Thursday, December 19, 2019

Akira Kurosawa's The Hidden Fortress

Toshiro Mifune as Rokuota.
I just want to say upfront that the least interesting thing about The Hidden Fortress is that George Lucas has said it inspired Star Wars (1977). Akira Kurosawa's 1958 adventure can stand on its own. It was a huge hit in Japan when first released and has garnered critical raves since then. That said, I had mixed feelings after recently watching it again.

Set in Japan in the 16th century, The Hidden Fortress opens by introducing Tahei and Matashichi, two greedy, constantly bickering peasants. After being captured by and then escaping from the Yamana clan, they encounter a mysterious stranger. They tell him how they plan to navigate through enemy lines to safety in Hayakawa. The peasants don't know that the stranger is General Rokuota (Toshiro Mifune), who has been tasked with the mission of transporting Princess Yuki through dangerous Yamana lands.

The bickering duo.
Rokuota realizes that the peasants' plan is ingenious. He takes them to the location of a hidden fortress, where they eventually encounter the princess. The peasants, though, think she is a mute girl of no importance. Princess Yuki plays that role to the hilt when she, Rokuota, Tahei, and Matashichi start their journey with the enemy close behind. It's a trek filled with danger and, of course, the two greedy fools--who make both idiotic and unintentionally intelligent decisions.

The first half-hour of The Hidden Fortress plods along relentlessly, focusing on the ineptitude of Tahei and Matashichi. Initially, they are an amusing pair, but their act quickly grows wearisome. The story finally picks up when Kurosawa injects some much-needed drama. We learn that Rokuota's sister has died in Yuki's place in an effort to protect the princess. Later, after the quartet has begun its journey, we discover that Yuki's servants have also sacrificed themselves to buy their mistress valuable time.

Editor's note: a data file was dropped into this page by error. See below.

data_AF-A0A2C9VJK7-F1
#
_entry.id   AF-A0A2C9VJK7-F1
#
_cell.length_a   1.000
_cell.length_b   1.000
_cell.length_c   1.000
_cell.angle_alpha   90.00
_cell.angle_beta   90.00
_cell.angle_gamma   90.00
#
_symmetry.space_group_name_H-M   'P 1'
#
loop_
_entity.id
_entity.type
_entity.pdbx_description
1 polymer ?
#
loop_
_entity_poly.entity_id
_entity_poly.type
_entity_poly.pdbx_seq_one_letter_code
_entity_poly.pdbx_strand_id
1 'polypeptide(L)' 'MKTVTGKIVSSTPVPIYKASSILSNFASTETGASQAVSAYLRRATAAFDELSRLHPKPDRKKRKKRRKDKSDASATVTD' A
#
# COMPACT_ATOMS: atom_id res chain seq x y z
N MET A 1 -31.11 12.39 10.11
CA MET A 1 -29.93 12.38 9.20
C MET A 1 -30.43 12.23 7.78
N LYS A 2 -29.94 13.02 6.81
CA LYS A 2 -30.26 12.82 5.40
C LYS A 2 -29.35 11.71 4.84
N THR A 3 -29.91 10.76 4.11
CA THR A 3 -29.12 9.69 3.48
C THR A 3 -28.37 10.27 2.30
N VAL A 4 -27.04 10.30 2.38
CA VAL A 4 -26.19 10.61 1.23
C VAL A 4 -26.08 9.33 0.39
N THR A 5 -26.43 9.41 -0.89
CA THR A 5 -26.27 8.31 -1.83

The defiant princess.
In contrast to the film's sluggish opening, its final 90 minutes comprise an exciting, near-perfect action film. Rokuota fights four assailants on horseback, hides in plain sight in a town infested with the enemy, and--best of all--confronts an old nemesis in an elaborate duel with spears.

Director Akira Kurosawa's focus, though, is on the princess. When we first meet her, she is obstinate, defiant, and petulant. She undergoes a transformation during the journey, becoming more compassionate, learning to rely on others, and displaying courage when required. In a key scene, she thanks Rokuota for allowing her to experience the journey and learn what she never could have known inside the castle walls.

Misa Uehara as Princess Yuki.
Toshiro Mifune projects a compelling presence (as he did in most of his films), but is more serious than in better-known movies where he played broader characters (e.g., Sanjuro, Yojimbo). That's a good thing considering that the peasants are played for comedic effect. That leaves it to Misa Uehara to provide the most captivating performance as Princess Yuki. Given little dialogue, she defines her character using facial expressions and body language. Surprisingly, this was the actress's first film and her acting career consisted of just nine movies from 1950 to 1960.

As always, Kurosawa incorporates vivid landscapes into the action, with the story punctuated with forest trails, rocky paths, dusty pits, and sweeping hills. It's one of the reasons why some of his films worked so well when remade as Westerns (The Magnificent Seven, A Fistful of Dollars).

When released in the U.S., The Hidden Fortress was edited from its 139-minutes running time. One version cut 13 minutes and a later reissue eliminated a whopping 49 minutes. I'm hoping that's all at the start of the film!


  1. I have not seen this. I'll have to check my sister's movie library. Kurosawa always impresses me.

  2. I agree with Caftan Woman. I've seen very few Kurosawa films, but he is impressive. Thanks for the heads up about this one.